Essays on Technology and Culture

Old Music, New Media

I recently attended a show with bands whose sound would not be out of place in 1978, though it’s likely none of the band members were even around for that. I certainly wasn’t there, being born in 1983. How is that people like us, born too late to see bands like Joy Division or Bauhaus in their prime can go find acts and hear albums in 2013 that sound like they could have rehearsed right next door? The Internet, and the growing digital archives of music stored on remote servers by amateur archivists, and shared with fans, old and new, the world over.

Some have bemoaned this as culture simply recycling itself at the expense of creating something new. Others bemoan the death of what we assumed to be monoculture. I see it as a way for culture that didn’t get its due the first time around, or culture that was forgotten too soon, to have another moment in the sun with an appreciative audience. This is not a zero-sum game. We can (re)discover the fruits of our cultural past without giving up the future. The more culture we have to pull from, the more possibilities open up for recombination and experimentation. That is the path towards the creation of something truly new.

Something that often gets overlooked in the discussions of music piracy on the Internet is this: The Internet has become a way for older, little-known and little heard music, to find a new audience. While RIAA executives tut-tut about One Direction’s latest album being leaked on The Pirate Bay, little known blogs and even lesser known curators track down long out of print records, cassettes, and (rarely) CDs by artists and bands outright unknown to most of the world. Without them, we might never know this music existed.

The recording industry doesn’t care about these blogs, or the people discovering their music, and I mean that in the literal sense. It’s not even on their radar. Much of the music these blogs curate and share are by acts long defunct at best, and often independently released. If they are on a label, either the label itself is defunct, or its “intellectual property” owned by a major label through acquisition upon acquisition upon acquisition, to the point where that label probably doesn’t even know for sure what they have the rights to. In all of these cases, the music is out of print, making it unlikely the artist will ever see any more money for it, if they can even be tracked down in the first place.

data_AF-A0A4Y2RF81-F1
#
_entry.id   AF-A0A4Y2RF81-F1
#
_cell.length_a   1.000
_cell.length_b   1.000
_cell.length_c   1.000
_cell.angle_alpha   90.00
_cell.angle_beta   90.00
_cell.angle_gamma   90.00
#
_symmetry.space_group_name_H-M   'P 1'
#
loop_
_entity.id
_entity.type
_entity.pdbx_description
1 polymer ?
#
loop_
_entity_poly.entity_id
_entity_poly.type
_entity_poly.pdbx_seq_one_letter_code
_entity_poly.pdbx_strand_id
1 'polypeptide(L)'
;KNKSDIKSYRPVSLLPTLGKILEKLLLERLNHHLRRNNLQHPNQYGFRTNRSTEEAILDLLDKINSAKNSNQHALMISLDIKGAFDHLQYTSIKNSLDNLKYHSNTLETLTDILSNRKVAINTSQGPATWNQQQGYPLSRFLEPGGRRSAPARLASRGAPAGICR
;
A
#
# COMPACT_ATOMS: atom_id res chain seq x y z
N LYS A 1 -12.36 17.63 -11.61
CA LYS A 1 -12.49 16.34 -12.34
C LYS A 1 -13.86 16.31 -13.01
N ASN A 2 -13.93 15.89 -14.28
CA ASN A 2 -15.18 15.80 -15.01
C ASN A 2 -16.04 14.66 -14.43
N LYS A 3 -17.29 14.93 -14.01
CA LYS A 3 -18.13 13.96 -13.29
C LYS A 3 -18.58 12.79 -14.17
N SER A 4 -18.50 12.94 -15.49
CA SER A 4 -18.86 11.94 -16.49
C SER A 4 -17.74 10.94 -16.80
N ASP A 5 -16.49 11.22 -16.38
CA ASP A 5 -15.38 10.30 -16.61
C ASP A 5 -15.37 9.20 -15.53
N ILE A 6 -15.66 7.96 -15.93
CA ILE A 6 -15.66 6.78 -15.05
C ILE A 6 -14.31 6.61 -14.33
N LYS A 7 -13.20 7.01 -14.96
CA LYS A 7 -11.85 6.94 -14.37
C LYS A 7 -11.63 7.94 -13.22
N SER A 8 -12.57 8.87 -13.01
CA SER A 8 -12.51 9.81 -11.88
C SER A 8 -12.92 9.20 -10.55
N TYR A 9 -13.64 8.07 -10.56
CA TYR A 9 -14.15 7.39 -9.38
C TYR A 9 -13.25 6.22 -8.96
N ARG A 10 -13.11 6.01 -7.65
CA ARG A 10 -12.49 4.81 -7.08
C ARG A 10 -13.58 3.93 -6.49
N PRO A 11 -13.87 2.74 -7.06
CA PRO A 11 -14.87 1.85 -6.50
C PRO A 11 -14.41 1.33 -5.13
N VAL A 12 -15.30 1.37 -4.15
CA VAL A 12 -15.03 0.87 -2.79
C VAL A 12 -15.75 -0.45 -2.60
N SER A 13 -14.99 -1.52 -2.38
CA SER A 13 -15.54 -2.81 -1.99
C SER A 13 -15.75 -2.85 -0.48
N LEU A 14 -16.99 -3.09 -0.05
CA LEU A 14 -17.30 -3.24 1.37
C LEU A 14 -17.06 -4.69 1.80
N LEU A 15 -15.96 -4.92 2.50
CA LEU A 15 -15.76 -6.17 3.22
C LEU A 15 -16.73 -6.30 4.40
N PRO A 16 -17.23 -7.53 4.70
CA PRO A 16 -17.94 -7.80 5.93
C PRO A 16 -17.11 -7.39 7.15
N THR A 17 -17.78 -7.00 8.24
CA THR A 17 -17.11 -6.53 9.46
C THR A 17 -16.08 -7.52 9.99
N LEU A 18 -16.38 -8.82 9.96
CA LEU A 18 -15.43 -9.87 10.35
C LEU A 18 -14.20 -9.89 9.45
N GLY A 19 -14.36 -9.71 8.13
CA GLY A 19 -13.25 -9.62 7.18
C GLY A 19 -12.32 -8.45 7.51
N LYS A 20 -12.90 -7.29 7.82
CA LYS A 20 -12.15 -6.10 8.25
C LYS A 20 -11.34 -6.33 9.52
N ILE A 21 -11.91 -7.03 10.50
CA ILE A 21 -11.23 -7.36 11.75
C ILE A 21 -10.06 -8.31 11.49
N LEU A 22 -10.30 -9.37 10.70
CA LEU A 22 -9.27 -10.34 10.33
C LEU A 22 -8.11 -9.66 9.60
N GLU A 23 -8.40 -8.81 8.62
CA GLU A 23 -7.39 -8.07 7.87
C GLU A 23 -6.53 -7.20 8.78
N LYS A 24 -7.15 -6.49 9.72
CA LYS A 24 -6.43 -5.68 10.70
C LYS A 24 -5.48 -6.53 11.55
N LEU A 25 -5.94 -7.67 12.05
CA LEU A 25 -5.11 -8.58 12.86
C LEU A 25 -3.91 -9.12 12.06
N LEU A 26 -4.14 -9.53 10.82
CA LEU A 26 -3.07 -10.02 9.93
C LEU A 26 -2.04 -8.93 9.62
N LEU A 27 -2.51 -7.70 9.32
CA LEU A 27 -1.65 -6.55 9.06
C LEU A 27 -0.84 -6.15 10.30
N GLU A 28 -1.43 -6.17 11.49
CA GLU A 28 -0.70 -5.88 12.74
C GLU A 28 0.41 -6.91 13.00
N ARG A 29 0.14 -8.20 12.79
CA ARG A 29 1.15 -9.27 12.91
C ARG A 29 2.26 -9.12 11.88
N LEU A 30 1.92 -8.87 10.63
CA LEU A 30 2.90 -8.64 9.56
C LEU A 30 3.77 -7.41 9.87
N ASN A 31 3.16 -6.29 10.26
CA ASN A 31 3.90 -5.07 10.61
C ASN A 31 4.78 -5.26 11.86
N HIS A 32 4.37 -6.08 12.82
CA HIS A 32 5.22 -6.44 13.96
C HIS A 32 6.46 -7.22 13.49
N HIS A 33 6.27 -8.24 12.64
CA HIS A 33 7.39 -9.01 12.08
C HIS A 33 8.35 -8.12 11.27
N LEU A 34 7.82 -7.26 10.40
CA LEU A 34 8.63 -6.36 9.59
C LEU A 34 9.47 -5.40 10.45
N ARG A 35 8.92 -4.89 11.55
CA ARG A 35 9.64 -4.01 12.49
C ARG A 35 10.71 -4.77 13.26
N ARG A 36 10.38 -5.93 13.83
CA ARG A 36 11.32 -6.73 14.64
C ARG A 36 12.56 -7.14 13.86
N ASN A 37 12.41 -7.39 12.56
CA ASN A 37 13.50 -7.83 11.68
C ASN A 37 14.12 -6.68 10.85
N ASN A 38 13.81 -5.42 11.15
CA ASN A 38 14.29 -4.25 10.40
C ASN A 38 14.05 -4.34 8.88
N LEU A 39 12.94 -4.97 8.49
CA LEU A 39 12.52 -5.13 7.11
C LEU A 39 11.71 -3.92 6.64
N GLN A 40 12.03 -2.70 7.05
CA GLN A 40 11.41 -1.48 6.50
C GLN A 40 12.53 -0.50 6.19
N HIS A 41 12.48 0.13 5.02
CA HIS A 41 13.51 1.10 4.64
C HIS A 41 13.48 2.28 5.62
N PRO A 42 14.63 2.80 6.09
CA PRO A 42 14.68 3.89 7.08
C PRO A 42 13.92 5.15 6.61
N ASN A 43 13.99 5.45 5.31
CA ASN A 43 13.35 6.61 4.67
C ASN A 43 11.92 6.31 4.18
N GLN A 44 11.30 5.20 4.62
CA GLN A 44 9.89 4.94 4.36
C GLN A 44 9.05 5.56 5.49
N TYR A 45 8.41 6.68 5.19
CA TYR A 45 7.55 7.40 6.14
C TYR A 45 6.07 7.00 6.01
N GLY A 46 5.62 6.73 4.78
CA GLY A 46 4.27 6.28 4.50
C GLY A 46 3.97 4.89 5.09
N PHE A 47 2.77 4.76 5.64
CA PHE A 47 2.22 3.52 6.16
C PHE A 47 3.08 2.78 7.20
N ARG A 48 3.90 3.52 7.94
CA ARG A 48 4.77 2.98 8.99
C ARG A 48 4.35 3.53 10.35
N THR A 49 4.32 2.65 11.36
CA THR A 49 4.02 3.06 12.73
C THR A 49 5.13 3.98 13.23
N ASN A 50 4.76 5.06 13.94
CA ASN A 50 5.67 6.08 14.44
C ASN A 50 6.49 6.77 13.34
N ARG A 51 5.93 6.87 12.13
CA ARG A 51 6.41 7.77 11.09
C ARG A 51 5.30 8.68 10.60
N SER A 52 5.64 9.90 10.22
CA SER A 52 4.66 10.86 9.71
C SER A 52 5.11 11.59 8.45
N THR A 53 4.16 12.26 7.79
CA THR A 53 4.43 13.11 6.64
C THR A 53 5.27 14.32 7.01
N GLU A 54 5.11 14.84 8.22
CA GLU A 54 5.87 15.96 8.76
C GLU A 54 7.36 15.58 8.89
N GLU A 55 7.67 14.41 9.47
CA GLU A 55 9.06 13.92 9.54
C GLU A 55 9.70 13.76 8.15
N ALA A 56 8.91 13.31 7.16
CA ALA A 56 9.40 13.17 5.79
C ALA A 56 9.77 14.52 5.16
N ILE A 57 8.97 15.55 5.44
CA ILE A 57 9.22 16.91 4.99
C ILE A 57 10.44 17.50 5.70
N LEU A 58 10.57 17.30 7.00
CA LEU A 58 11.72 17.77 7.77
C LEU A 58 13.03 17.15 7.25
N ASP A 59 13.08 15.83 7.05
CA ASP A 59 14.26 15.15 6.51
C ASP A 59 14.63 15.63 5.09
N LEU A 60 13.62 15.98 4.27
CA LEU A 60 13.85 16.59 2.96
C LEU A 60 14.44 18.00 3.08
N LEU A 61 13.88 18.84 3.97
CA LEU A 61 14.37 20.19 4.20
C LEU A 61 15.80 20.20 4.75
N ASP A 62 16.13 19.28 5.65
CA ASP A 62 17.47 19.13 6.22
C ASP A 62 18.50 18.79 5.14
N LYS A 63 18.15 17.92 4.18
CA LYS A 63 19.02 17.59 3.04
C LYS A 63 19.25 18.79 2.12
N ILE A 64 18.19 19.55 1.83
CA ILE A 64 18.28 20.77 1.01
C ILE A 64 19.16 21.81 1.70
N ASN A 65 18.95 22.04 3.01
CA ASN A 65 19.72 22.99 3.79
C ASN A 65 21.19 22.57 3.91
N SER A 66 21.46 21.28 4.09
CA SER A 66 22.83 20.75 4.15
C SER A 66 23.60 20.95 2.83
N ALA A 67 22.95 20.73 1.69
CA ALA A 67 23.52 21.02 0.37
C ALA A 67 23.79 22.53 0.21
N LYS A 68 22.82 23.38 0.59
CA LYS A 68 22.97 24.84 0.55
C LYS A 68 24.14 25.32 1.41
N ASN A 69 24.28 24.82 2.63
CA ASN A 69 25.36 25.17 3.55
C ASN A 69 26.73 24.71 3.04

This is stuff that might fall through the cracks, were it not for the concerted efforts of the folks behind Mutant Sounds. Their efforts give the old music new life, and it extends far beyond the web. What was once the risky province of curious record collectors digging through bins of dusty, musty vinyl now becomes a free-for-all of discovery and re-discovery. [1] The Internet is the world’s greatest used record store, bar none.

  1. And yes, the people who put these songs up do so for free, denying the artists payment. It’s an unfortunate side-effect. Famous used record store, Amoeba Music, recently started selling MP3s of out of print records in their collection, giving a cut to the artists, and estates of artists they’ve located, and putting profits in escrow for the rest.  ↩